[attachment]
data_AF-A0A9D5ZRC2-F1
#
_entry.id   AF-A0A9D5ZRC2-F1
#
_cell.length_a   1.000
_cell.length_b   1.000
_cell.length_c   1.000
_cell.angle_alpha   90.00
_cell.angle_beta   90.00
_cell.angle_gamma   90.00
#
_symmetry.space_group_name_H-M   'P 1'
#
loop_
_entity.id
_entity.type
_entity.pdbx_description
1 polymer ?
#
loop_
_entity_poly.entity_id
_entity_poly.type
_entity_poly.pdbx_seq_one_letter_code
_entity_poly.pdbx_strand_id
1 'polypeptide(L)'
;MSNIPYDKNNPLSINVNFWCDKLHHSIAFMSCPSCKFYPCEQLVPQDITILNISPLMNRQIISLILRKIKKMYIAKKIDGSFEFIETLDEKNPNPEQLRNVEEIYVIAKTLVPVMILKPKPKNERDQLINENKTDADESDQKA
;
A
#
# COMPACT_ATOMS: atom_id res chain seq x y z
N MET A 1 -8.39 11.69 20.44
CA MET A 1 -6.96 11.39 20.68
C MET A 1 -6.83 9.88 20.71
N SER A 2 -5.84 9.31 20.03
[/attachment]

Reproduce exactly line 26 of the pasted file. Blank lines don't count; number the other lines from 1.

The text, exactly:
;MSNIPYDKNNPLSINVNFWCDKLHHSIAFMSCPSCKFYPCEQLVPQDITILNISPLMNRQIISLILRKIKKMYIAKKIDGSFEFIETLDEKNPNPEQLRNVEEIYVIAKTLVPVMILKPKPKNERDQLINENKTDADESDQKA